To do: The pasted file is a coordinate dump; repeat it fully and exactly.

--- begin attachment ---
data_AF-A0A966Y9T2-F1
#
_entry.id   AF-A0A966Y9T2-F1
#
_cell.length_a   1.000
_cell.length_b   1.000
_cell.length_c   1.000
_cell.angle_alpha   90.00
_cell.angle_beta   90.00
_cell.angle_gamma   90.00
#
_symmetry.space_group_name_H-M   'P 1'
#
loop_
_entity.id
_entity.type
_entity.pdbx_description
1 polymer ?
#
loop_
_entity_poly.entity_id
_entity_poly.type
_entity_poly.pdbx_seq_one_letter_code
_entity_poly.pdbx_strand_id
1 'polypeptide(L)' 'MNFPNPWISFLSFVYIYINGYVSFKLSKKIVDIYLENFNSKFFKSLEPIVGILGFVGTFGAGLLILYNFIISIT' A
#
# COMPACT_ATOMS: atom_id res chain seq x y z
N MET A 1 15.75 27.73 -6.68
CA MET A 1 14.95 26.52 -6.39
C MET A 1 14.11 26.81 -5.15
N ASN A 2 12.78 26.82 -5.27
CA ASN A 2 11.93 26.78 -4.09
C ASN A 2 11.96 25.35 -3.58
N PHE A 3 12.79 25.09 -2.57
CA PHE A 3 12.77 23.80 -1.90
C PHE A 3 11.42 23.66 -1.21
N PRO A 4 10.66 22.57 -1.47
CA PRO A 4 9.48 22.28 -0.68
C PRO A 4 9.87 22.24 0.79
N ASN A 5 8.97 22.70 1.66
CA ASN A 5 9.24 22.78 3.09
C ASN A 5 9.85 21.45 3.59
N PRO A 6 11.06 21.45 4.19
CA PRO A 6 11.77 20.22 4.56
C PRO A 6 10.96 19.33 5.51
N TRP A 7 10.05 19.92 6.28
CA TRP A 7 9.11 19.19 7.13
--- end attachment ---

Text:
data_AF-A0A966Y9T2-F1
#
_entry.id   AF-A0A966Y9T2-F1
#
_cell.length_a   1.000
_cell.length_b   1.000
_cell.length_c   1.000
_cell.angle_alpha   90.00
_cell.angle_beta   90.00
_cell.angle_gamma   90.00
#
_symmetry.space_group_name_H-M   'P 1'
#
loop_
_entity.id
_entity.type
_entity.pdbx_description
1 polymer ?
#
loop_
_entity_poly.entity_id
_entity_poly.type
_entity_poly.pdbx_seq_one_letter_code
_entity_poly.pdbx_strand_id
1 'polypeptide(L)' 'MNFPNPWISFLSFVYIYINGYVSFKLSKKIVDIYLENFNSKFFKSLEPIVGILGFVGTFGAGLLILYNFIISIT' A
#
# COMPACT_ATOMS: atom_id res chain seq x y z
N MET A 1 15.75 27.73 -6.68
CA MET A 1 14.95 26.52 -6.39
C MET A 1 14.11 26.81 -5.15
N ASN A 2 12.78 26.82 -5.27
CA ASN A 2 11.93 26.78 -4.09
C ASN A 2 11.96 25.35 -3.58
N PHE A 3 12.79 25.09 -2.57
CA PHE A 3 12.77 23.80 -1.90
C PHE A 3 11.42 23.66 -1.21
N PRO A 4 10.66 22.57 -1.47
CA PRO A 4 9.48 22.28 -0.68
C PRO A 4 9.87 22.24 0.79
N ASN A 5 8.97 22.70 1.66
CA ASN A 5 9.24 22.78 3.09
C ASN A 5 9.85 21.45 3.59
N PRO A 6 11.06 21.45 4.19
CA PRO A 6 11.77 20.22 4.56
C PRO A 6 10.96 19.33 5.51
N TRP A 7 10.05 19.92 6.28
CA TRP A 7 9.11 19.19 7.13